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Possible causes of cow pattie manure?

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  • Possible causes of cow pattie manure?

    Adopted a 4 year old OTTB 4 weeks ago today! Since he stepped off the trailer he's had cow patties as manure-no ball form what so ever and a NASTY evacuate the barn smell to it. Negative fecal, no stomach ulcers as per scoping, 7 days of bio-sponge was useless and won't eat any type of supplement. He's on unlimited 2nd cut grass hay, 8 pounds of triple crown senior (over the course of 4 meals!) and SUCCEED paste.

    Any ideas??? He's the worst eater ever but LOVES his hay!!
    Kristen

    Kiwayu & Figiso Pictures:
    http://community.webshots.com/user/kiwayu

  • #2
    I'd consider salmonella or giardia.

    Comment

    • Original Poster

      #3
      The fecal was tested for all that 3 weeks ago. Next on my list was hind gut ulcers. Anything else???
      Kristen

      Kiwayu & Figiso Pictures:
      http://community.webshots.com/user/kiwayu

      Comment


      • #4
        I think investigating hind gut ulcers wouldn't be a bad place to start.
        "If you think nobody cares about you, try missing a couple payments..."

        Comment


        • #5
          Is your soil sandy at all? I had a horse who never made solid manure and it STANK. Had a history of cow patty manure from previous owner. Tried every product, ran fecals, never figured it out. Best thing was "Probios", manure wasn't solid on that but at least a semi formed patty and didn't have to wash his bum every day.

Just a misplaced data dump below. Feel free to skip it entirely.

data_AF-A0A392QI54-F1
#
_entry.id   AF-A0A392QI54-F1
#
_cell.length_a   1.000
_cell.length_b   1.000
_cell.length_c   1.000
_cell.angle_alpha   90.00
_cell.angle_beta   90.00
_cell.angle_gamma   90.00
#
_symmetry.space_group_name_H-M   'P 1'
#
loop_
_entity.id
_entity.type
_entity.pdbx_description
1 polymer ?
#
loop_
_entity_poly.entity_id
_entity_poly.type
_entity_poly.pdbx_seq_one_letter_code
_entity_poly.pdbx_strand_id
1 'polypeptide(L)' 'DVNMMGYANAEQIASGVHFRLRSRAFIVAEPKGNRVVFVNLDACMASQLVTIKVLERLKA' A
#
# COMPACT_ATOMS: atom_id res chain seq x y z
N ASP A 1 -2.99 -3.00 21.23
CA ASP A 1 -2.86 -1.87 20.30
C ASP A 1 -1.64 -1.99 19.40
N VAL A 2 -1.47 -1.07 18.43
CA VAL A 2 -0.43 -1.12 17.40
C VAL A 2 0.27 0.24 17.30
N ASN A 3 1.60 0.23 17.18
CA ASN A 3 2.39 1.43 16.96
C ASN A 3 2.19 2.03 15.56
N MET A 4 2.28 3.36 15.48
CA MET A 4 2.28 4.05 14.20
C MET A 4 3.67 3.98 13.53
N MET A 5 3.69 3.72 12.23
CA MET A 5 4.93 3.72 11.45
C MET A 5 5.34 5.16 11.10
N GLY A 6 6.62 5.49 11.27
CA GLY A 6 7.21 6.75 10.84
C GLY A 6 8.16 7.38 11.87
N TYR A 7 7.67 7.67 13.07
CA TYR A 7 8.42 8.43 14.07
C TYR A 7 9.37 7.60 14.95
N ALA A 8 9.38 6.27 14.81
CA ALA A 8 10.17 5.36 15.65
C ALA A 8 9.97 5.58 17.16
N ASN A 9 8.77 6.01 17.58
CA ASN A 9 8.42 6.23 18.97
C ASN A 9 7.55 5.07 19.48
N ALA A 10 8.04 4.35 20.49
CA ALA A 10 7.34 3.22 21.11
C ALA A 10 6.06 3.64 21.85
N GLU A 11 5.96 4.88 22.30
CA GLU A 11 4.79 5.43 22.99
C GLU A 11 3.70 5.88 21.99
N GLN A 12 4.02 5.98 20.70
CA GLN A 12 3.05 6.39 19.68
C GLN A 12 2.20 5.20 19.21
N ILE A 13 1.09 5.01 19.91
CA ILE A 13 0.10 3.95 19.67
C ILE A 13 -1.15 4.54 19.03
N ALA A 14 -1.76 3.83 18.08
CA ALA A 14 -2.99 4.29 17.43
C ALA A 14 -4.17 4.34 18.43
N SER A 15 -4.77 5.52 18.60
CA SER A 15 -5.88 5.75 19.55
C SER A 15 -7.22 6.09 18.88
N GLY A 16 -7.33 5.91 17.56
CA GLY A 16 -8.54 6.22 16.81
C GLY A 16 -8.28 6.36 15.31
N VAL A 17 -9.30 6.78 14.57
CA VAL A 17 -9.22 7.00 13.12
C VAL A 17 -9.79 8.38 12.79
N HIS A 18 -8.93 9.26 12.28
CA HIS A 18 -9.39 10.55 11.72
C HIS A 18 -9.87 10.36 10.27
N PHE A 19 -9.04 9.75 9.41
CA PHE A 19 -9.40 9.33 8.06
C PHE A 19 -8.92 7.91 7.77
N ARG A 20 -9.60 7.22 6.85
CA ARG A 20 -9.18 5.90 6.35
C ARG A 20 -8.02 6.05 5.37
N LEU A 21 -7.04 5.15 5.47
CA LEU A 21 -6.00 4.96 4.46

Sold him on to a farm that was on clay soil, not sandy like ours, and he never had a problem with manure again. Turned out even the smallest speck of sand irritated his gut for some reason.
          Being terrible at something is the first step to being truly great at it. Struggle is the evidence of progress.

          Comment


          • #6
            anaerobic bacteria in the gut can be one cause. My former BO did not clorox her well as I told her to. One pony got diarrhea 2 summers in a row. I have a bottle of the drug that eliminates the anaerobic bacteria. It's metrodiazonole, or something like that. Works well.

            You should always consult your vet. It could be a feed change or a weed in the pasture or something in the hay. Or something else in the intestines.

            Is this the new horse? Didn't your vet eliminate ulcers?

            My horses get psyllium to prevent sand colic. one of the signs of sand colic is diarrhea, but of course you can find the sand yourself in the manure when you put it in water.

            Comment


            • #7
              I second Probios. I bought a 4 year old, OTTB from the Secretariat Center in June. She had terrible cow pattie manure. I started her on Probios and she was pooping normally by the end of the week.

              My other mare gets Probios and EquiShure from KER. The EquiShure helps move stuff through the hindgut.
              When in Doubt, let your horse do the Thinking!

              Comment

              • Original Poster

                #8